Peer Diabetes Support Rural Uganda
Peer support for diabetes through a cell phone network in rural Uganda
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The Peer Champion Program, a Peers for Progress grantee project, was established in a small rural district hospital diabetes clinic in southern Uganda to serve adults with Type 2 diabetes. The surrounding district has a high rate of poverty and has experienced a long standing drought and seasonal food shortages. This pilot study aimed to test the feasibility and short-term impact on perceptions of social support, psychological well-being and glycemic control among participants through engaging participants in diabetes self-care behaviors and fostering linkages to healthcare providers.
Nineteen peer champions who attended the diabetes clinic in Mityana were matched with 27 peer partners in either pairs or triads. All participants attended a one-day training program on diabetes self-care. Educational booklets designed for both groups and later translated into Luganda were distributed to all participants as well. Mobile technology was used as an innovative way to connect peer champions and peer partners in this low-resourced rural setting. The program gave cell phones to participants so that they could communicate within a prepaid closed phone network.
Post-measures indicated that the average A1C of participants dropped significantly, as well as diastolic blood pressure. Survey items showed changes in dietary behaviors in a positive direction. Participants found that the peer champion program was helpful in encouraging contact with the clinic, offering helpful advice and encouragement, and providing information about diabetes. What was not anticipated at post-test were lower perceptions of support from family and friends and confidence in managing diabetes at post-test. The lessons learned from this pilot study allow for continued efforts to offer peer support programs in this low-resourced setting and other similar settings.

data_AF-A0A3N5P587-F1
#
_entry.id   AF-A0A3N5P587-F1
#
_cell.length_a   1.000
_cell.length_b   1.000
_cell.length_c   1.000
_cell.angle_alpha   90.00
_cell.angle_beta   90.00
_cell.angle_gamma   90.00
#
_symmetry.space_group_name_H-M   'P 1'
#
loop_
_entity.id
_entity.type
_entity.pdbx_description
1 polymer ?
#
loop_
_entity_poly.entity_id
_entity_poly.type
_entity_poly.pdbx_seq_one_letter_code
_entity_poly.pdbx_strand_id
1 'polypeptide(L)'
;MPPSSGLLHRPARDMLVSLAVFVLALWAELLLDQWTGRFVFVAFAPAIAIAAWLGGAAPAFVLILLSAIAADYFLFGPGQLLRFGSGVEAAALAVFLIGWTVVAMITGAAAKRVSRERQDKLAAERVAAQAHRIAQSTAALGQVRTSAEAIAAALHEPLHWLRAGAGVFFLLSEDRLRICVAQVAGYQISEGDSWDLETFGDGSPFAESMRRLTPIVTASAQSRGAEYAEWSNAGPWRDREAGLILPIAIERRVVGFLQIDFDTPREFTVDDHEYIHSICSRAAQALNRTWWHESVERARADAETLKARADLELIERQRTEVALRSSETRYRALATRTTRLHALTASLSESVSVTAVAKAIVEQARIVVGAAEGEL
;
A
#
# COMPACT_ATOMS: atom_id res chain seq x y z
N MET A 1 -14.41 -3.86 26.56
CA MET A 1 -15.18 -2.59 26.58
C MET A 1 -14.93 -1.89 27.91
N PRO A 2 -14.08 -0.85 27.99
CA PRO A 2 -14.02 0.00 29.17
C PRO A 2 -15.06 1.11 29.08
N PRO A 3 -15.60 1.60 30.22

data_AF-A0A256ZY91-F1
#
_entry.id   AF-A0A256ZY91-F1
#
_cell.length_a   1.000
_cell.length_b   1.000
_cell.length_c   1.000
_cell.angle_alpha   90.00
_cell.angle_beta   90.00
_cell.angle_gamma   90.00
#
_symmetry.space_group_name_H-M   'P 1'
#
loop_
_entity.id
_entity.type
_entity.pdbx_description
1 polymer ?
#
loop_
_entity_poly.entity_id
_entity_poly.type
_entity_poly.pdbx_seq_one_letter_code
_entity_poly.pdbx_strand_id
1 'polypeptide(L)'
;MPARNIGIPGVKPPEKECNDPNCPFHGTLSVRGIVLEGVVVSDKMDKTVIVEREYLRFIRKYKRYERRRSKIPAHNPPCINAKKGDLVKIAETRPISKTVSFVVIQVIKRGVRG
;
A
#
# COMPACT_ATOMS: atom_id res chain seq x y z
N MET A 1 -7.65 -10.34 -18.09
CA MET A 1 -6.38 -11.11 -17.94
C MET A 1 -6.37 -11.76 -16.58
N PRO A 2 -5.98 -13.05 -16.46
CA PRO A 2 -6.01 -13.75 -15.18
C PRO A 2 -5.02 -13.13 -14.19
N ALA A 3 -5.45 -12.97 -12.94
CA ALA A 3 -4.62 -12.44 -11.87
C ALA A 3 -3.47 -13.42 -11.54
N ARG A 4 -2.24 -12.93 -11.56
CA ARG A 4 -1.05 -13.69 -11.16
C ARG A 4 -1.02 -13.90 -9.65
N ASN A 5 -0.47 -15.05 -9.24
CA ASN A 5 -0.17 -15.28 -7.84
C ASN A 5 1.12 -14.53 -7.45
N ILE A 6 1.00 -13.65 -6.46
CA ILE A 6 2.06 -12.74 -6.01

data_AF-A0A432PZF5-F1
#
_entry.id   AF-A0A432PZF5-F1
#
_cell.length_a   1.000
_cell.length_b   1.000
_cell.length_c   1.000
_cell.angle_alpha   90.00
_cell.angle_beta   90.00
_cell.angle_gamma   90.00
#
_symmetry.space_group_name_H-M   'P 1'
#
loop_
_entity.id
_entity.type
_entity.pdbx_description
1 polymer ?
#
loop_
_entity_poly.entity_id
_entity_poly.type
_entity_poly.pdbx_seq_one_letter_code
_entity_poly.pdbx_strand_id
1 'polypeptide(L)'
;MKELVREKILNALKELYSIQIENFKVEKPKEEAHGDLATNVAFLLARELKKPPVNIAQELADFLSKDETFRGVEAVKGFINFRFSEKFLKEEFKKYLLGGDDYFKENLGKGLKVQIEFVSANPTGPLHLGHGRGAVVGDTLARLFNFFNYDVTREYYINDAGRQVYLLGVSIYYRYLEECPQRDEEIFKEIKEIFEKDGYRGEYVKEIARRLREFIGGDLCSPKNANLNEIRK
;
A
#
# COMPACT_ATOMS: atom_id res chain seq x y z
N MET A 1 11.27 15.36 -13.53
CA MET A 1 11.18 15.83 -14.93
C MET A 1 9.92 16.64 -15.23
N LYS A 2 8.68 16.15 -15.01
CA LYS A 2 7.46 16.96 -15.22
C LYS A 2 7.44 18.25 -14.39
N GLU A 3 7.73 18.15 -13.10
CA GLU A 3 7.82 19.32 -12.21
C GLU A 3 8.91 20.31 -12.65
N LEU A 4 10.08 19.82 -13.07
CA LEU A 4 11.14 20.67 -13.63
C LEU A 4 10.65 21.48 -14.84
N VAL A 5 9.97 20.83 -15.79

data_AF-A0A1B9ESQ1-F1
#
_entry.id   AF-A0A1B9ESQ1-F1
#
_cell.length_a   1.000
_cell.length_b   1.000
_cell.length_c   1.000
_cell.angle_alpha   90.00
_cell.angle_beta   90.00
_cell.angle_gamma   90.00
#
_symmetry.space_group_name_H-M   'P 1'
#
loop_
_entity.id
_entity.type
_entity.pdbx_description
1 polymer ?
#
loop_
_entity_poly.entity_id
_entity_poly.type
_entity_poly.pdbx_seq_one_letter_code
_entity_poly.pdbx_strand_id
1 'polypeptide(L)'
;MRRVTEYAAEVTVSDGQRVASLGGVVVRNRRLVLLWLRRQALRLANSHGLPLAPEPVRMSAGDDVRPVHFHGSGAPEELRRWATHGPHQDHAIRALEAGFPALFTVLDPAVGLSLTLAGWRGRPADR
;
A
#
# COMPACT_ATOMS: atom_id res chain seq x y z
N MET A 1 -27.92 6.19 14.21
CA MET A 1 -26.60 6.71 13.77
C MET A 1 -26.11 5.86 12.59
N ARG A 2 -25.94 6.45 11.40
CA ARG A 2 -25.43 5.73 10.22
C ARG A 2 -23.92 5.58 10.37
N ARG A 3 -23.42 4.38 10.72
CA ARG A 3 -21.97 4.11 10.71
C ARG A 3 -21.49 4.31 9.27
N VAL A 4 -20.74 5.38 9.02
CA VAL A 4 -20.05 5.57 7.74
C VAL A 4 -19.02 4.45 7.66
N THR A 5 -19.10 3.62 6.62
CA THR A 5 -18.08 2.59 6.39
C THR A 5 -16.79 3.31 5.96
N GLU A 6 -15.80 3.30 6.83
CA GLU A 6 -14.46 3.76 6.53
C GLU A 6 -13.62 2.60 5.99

For more detailed information about the training of peer supporters, the benefits and challenges of the mobile network, the results of this pilot study and the implications for delivery of peer support in similar settings, read more.
Key Roles and Responsibilities of Peer Supporters
- Provide supportive communications, such as active listening, asking questions about emotions and feelings
- Encourage the partner to seek healthcare advice when appropriate
Key Peer Supporter Training Activities
- Develop two versions of the education booklet: one for the Champions and one for the peer Partners. * Note that the Champion version has more content on supportive communication
- Host a Peer Champion and Peer Partner training day.
Key Peer Support Interventions
- Weekly contact between peers both through phone and face-to-face contact over a period of 4 months
- Interaction and discussions among the program participants occurred during educational meetings provided by the clinic staff
- 100% of the participants reported making peer contact
- 71% increased contact with the clinic
- Significant improvement: healthy eating, blood pressure (DBP), A1C, linkages to care
- Peer support was reciprocal, e.g. both provided and received support.
- A cell phone network can enhance management of diabetes; however, economic challenges (e.g., no electricity to keep a phone charged) could impede its value-added.
- Cultural and contextual issues matter–
- Without phones, participants preferred being partnered with someone who lived near them over someone of the same gender.
- Due to a low level of English proficiency, participants preferred Luganda for written and oral education. However, because of other tribal languages, Luganda did not benefit all participants.
- Due to a high rate of poverty, participants required payment for transportation to participate.
- Opportunities to learn more about diabetes and to have written information were highly valued benefits of participation.
- Peer Support for Diabetes in Rural Uganda: Does it Work? (Oct, 2010 at the 2010 Peers for Progress Global Conference by Linda Baumann, PhD, RN, FAAN)
- Peer Support for Adults with Diabetes in Rural Uganda: Champions and Partners (Aug, 2010 at the 11th International Congress of Behavioral Medicine by Linda Baumann, PhD, RN, FAAN)
- Baumann, LC, Frederick, N, Betty, N et al. (2014). A Demonstration of Peer Support for Ugandan Adults With Type 2 Diabetes. Int J Behav Med.